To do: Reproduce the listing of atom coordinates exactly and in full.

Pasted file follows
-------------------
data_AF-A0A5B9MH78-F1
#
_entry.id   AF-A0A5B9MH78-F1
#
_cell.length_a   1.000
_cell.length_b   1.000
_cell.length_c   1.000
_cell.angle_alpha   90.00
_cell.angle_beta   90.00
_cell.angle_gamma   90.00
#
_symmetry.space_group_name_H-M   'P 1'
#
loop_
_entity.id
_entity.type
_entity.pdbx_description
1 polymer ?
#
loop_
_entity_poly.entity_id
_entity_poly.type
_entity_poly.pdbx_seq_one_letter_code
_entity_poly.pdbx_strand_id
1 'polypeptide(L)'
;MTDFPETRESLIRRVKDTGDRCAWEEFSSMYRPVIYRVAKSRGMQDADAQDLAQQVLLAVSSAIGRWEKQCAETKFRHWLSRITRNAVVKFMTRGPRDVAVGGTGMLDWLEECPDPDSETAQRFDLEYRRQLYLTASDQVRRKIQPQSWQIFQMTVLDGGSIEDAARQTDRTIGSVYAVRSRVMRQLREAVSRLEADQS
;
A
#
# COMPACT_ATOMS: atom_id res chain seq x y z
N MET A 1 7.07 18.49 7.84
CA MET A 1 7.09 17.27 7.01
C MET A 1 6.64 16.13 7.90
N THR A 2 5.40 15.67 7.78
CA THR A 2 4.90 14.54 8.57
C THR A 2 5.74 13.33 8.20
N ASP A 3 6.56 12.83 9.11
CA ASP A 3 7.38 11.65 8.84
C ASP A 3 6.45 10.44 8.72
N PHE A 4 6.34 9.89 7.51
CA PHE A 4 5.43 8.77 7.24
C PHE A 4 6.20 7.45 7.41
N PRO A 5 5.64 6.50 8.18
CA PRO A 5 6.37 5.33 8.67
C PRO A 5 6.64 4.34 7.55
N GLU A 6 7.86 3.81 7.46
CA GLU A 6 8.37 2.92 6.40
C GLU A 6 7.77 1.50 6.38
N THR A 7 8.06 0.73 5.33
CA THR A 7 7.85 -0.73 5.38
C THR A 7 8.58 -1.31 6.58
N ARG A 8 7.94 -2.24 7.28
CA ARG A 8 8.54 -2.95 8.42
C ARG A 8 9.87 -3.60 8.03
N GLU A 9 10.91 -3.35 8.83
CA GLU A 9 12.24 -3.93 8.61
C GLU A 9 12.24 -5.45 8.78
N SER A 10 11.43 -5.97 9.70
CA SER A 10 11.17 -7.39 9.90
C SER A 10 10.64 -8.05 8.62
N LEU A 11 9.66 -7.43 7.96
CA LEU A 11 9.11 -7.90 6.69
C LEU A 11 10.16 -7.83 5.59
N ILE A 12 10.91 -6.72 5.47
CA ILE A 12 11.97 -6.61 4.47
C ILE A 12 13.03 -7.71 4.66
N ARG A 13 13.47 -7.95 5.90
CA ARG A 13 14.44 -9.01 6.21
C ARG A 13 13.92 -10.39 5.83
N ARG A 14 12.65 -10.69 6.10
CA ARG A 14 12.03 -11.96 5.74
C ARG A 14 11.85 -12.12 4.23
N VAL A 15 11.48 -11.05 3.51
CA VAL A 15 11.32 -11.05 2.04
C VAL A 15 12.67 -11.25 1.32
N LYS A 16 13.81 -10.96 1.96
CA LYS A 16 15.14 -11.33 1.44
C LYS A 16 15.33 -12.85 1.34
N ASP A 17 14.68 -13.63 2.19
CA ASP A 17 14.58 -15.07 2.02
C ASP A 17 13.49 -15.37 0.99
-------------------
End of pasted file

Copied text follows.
data_AF-A0A5B9MH78-F1
#
_entry.id   AF-A0A5B9MH78-F1
#
_cell.length_a   1.000
_cell.length_b   1.000
_cell.length_c   1.000
_cell.angle_alpha   90.00
_cell.angle_beta   90.00
_cell.angle_gamma   90.00
#
_symmetry.space_group_name_H-M   'P 1'
#
loop_
_entity.id
_entity.type
_entity.pdbx_description
1 polymer ?
#
loop_
_entity_poly.entity_id
_entity_poly.type
_entity_poly.pdbx_seq_one_letter_code
_entity_poly.pdbx_strand_id
1 'polypeptide(L)'
;MTDFPETRESLIRRVKDTGDRCAWEEFSSMYRPVIYRVAKSRGMQDADAQDLAQQVLLAVSSAIGRWEKQCAETKFRHWLSRITRNAVVKFMTRGPRDVAVGGTGMLDWLEECPDPDSETAQRFDLEYRRQLYLTASDQVRRKIQPQSWQIFQMTVLDGGSIEDAARQTDRTIGSVYAVRSRVMRQLREAVSRLEADQS
;
A
#
# COMPACT_ATOMS: atom_id res chain seq x y z
N MET A 1 7.07 18.49 7.84
CA MET A 1 7.09 17.27 7.01
C MET A 1 6.64 16.13 7.90
N THR A 2 5.40 15.67 7.78
CA THR A 2 4.90 14.54 8.57
C THR A 2 5.74 13.33 8.20
N ASP A 3 6.56 12.83 9.11
CA ASP A 3 7.38 11.65 8.84
C ASP A 3 6.45 10.44 8.72
N PHE A 4 6.34 9.89 7.51
CA PHE A 4 5.43 8.77 7.24
C PHE A 4 6.20 7.45 7.41
N PRO A 5 5.64 6.50 8.18
CA PRO A 5 6.37 5.33 8.67
C PRO A 5 6.64 4.34 7.55
N GLU A 6 7.86 3.81 7.46
CA GLU A 6 8.37 2.92 6.40
C GLU A 6 7.77 1.50 6.38
N THR A 7 8.06 0.73 5.33
CA THR A 7 7.85 -0.73 5.38
C THR A 7 8.58 -1.31 6.58
N ARG A 8 7.94 -2.24 7.28
CA ARG A 8 8.54 -2.95 8.42
C ARG A 8 9.87 -3.60 8.03
N GLU A 9 10.91 -3.35 8.83
CA GLU A 9 12.24 -3.93 8.61
C GLU A 9 12.24 -5.45 8.78
N SER A 10 11.43 -5.97 9.70
CA SER A 10 11.17 -7.39 9.90
C SER A 10 10.64 -8.05 8.62
N LEU A 11 9.66 -7.43 7.96
CA LEU A 11 9.11 -7.90 6.69
C LEU A 11 10.16 -7.83 5.59
N ILE A 12 10.91 -6.72 5.47
CA ILE A 12 11.97 -6.61 4.47
C ILE A 12 13.03 -7.71 4.66
N ARG A 13 13.47 -7.95 5.90
CA ARG A 13 14.44 -9.01 6.21
C ARG A 13 13.92 -10.39 5.83
N ARG A 14 12.65 -10.69 6.10
CA ARG A 14 12.03 -11.96 5.74
C ARG A 14 11.85 -12.12 4.23
N VAL A 15 11.48 -11.05 3.51
CA VAL A 15 11.32 -11.05 2.04
C VAL A 15 12.67 -11.25 1.32
N LYS A 16 13.81 -10.96 1.96
CA LYS A 16 15.14 -11.33 1.44
C LYS A 16 15.33 -12.85 1.34
N ASP A 17 14.68 -13.63 2.19
CA ASP A 17 14.58 -15.07 2.02
C ASP A 17 13.49 -15.37 0.99